Problems arise when the grandparents who have been caring for a child disagree with the parent that he or she is really ready to take on the parental role again. Unfortunately, without any order saying otherwise, a parent can simply take the child and leave, not even offering grandparents visitation.

Why is it so hard for grandparents to get custody?

Previous posts on this blog have talked about how it is hard, although not impossible, for grandparents to get custody of their grandchildren when the child's parents are in the picture, even if the parents are not the best mother and father for the child.

The reason it is more difficult for grandparents to get custody, or even grandparent visitation, is that the Constitution of the United States, at least according to the United States Supreme Court, give parents special privileges to raise their own children. The court has even equated this privilege to a fundamental right.

When your ex-spouse moves: your right to a relocation hearing

In a previous post, we talked about what happens when one parent in a divorce wants to relocate-and the implications of this move on child custody. In today's post, we examine the recourse the non-relocating parent has to contest this move.

If your ex-spouse decides to move to another state or more than 100 miles away within Arizona, they must give you a 45-days notice of the move. If you are opposed to this move, you have 30 days to submit a petition to the court to block it. The court will then hold a relocation hearing. For parents who have equal physical custody of their child, a relocation hearing is a prerequisite of any move.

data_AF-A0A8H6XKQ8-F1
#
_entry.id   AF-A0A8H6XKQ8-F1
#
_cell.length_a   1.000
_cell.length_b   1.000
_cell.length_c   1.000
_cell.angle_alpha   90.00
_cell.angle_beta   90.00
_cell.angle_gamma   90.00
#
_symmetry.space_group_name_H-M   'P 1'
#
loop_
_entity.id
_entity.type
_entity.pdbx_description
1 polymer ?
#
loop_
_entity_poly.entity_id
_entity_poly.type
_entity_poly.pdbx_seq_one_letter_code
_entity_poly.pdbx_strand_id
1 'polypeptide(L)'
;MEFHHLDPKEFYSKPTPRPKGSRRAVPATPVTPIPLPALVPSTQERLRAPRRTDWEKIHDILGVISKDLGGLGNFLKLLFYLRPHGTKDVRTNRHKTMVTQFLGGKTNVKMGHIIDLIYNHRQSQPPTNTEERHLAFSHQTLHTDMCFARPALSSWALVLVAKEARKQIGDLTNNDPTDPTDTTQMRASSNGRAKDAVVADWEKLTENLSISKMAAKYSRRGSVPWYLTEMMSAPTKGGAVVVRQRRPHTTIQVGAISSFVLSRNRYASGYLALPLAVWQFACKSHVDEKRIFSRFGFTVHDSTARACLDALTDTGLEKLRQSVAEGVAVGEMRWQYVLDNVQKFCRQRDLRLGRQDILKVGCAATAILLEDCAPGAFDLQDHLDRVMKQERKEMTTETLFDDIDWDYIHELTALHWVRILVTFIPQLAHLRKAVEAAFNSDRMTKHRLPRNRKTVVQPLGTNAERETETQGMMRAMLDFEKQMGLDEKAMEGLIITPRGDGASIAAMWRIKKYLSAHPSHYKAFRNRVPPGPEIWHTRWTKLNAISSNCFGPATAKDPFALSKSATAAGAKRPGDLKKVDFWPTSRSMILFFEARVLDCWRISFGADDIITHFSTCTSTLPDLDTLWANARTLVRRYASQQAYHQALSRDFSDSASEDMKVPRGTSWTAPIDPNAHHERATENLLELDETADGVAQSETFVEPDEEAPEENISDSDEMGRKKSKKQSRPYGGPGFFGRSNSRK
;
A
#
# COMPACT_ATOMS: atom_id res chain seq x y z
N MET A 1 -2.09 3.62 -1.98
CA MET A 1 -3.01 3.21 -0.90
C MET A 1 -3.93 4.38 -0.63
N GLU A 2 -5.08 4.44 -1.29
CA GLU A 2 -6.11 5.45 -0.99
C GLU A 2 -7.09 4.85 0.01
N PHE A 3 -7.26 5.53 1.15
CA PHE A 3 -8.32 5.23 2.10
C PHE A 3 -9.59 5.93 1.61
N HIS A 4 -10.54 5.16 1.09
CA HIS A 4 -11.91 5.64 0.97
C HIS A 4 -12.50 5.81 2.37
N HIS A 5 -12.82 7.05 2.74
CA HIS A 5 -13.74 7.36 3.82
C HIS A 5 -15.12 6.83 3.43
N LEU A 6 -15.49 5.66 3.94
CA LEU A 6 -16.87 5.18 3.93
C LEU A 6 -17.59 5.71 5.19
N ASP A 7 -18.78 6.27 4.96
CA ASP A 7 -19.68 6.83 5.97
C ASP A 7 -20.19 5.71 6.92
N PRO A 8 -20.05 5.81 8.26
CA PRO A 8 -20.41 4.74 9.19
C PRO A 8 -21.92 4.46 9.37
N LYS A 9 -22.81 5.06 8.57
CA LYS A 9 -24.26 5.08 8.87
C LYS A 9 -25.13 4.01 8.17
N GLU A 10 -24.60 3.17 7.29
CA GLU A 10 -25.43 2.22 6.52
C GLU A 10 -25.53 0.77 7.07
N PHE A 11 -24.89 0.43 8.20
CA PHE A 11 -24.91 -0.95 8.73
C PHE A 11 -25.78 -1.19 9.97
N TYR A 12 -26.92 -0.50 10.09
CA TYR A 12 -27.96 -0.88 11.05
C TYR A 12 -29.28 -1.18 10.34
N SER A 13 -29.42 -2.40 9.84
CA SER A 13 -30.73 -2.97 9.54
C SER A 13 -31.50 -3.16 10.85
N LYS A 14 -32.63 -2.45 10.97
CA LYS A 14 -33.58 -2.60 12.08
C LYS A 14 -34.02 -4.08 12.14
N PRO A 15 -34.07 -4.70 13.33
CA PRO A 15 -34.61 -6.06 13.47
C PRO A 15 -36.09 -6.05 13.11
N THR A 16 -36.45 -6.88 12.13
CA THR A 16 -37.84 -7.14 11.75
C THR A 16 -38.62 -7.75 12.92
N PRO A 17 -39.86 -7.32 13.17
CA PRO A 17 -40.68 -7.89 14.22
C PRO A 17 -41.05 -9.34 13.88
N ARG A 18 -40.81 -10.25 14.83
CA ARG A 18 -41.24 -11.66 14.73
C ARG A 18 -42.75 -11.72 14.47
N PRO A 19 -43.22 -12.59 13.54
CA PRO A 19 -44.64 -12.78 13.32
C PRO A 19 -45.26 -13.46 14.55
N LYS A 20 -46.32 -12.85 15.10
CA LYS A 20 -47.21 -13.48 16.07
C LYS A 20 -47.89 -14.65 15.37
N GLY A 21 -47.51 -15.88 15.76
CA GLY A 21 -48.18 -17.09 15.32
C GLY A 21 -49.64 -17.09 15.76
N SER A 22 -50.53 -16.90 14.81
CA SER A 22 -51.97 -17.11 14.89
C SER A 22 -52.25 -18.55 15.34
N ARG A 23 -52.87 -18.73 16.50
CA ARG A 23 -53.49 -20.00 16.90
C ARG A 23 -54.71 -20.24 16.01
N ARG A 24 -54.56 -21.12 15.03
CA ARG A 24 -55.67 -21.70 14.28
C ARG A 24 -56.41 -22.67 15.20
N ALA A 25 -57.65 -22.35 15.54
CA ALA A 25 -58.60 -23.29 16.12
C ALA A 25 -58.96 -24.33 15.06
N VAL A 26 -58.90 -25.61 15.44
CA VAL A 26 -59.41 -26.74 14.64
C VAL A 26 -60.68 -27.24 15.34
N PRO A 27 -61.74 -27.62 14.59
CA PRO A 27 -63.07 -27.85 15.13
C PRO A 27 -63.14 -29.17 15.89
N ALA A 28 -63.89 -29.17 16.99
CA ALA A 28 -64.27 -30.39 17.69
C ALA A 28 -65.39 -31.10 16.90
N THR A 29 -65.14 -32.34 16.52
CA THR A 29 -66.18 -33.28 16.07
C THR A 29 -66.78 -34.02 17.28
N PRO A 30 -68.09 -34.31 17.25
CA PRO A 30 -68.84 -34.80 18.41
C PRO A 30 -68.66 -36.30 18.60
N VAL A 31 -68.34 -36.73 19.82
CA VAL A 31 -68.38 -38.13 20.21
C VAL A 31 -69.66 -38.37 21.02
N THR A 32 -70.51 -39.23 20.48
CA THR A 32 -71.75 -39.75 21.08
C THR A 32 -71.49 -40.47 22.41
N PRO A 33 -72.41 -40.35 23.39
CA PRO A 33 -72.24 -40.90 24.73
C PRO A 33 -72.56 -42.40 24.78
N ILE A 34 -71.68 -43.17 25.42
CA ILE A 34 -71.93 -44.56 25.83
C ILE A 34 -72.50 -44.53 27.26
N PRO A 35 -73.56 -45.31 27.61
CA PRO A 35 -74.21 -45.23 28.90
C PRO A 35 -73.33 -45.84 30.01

When deciding child support, what counts as income?

Although the Arizona Guidelines for child support include a formula by which Phoenix residents can consistently calculate how much child support they owe, there can still be a lot of controversy between parents as to what numbers should go in to this formula in the first place.

In Arizona, "income" includes just about anything that a person would report on his or her taxes, as well as some other items that one might not even have to pay taxes on. In addition to his or her salary, a person should expect to have items like winnings in games or other prizes, additional bonuses and overtime, if consistently worked as part of a regular schedule, and similar items included as income in a child support calculation.

Can I control how my ex uses my child support payments?

If you pay child support, it can be frustrating if you make your payments in full and on time, but believe the other parent is not spending your contribution wisely. You might wonder if you have any power to control how the other parent spends child support.

The answer is generally no, you cannot monitor or control how the other parent spends child support. An exception would be if your child's needs are not being met, in which case the courts could order more detailed accounting.

Property division: How can I put a value on our family business?

One of the hardest pieces of property to put a precise value on is a family or other closely-held business.

Unlike other valuable items, like a bank account or even shares of stock, one cannot just go to a reliable source and look up the dollar value of a family business. So, although it is counterintuitive since most Arizona businesses are closely held by spouses, family members and close friends, it is actually harder to get an idea of how much one's interest in a family business is worth than it is to put a value on one's interest in a multinational corporation